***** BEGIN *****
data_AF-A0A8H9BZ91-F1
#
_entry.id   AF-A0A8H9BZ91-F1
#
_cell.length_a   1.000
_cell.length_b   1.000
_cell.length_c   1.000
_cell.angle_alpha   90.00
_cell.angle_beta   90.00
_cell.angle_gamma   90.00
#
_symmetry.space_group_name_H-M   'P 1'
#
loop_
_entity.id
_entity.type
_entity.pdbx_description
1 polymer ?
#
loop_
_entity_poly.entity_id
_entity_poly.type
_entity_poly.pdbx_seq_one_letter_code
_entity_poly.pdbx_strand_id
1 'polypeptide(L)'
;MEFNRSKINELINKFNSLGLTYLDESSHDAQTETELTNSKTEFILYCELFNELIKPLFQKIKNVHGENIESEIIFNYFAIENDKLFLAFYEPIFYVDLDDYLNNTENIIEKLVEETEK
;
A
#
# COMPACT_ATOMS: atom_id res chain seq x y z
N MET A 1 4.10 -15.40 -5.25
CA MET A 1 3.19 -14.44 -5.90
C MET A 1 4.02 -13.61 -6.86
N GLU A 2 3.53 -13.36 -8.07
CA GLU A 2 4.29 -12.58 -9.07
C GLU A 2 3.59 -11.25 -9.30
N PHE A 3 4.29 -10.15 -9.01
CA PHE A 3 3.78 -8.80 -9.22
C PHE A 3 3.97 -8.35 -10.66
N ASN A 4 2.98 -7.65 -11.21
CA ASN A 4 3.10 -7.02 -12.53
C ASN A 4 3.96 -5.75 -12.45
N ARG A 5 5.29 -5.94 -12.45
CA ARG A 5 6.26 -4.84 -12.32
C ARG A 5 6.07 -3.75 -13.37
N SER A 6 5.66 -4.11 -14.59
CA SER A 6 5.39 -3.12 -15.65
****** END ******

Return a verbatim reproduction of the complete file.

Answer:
data_AF-A0A8H9BZ91-F1
#
_entry.id   AF-A0A8H9BZ91-F1
#
_cell.length_a   1.000
_cell.length_b   1.000
_cell.length_c   1.000
_cell.angle_alpha   90.00
_cell.angle_beta   90.00
_cell.angle_gamma   90.00
#
_symmetry.space_group_name_H-M   'P 1'
#
loop_
_entity.id
_entity.type
_entity.pdbx_description
1 polymer ?
#
loop_
_entity_poly.entity_id
_entity_poly.type
_entity_poly.pdbx_seq_one_letter_code
_entity_poly.pdbx_strand_id
1 'polypeptide(L)'
;MEFNRSKINELINKFNSLGLTYLDESSHDAQTETELTNSKTEFILYCELFNELIKPLFQKIKNVHGENIESEIIFNYFAIENDKLFLAFYEPIFYVDLDDYLNNTENIIEKLVEETEK
;
A
#
# COMPACT_ATOMS: atom_id res chain seq x y z
N MET A 1 4.10 -15.40 -5.25
CA MET A 1 3.19 -14.44 -5.90
C MET A 1 4.02 -13.61 -6.86
N GLU A 2 3.53 -13.36 -8.07
CA GLU A 2 4.29 -12.58 -9.07
C GLU A 2 3.59 -11.25 -9.30
N PHE A 3 4.29 -10.15 -9.01
CA PHE A 3 3.78 -8.80 -9.22
C PHE A 3 3.97 -8.35 -10.66
N ASN A 4 2.98 -7.65 -11.21
CA ASN A 4 3.10 -7.02 -12.53
C ASN A 4 3.96 -5.75 -12.45
N ARG A 5 5.29 -5.94 -12.45
CA ARG A 5 6.26 -4.84 -12.32
C ARG A 5 6.07 -3.75 -13.37
N SER A 6 5.66 -4.11 -14.59
CA SER A 6 5.39 -3.12 -15.65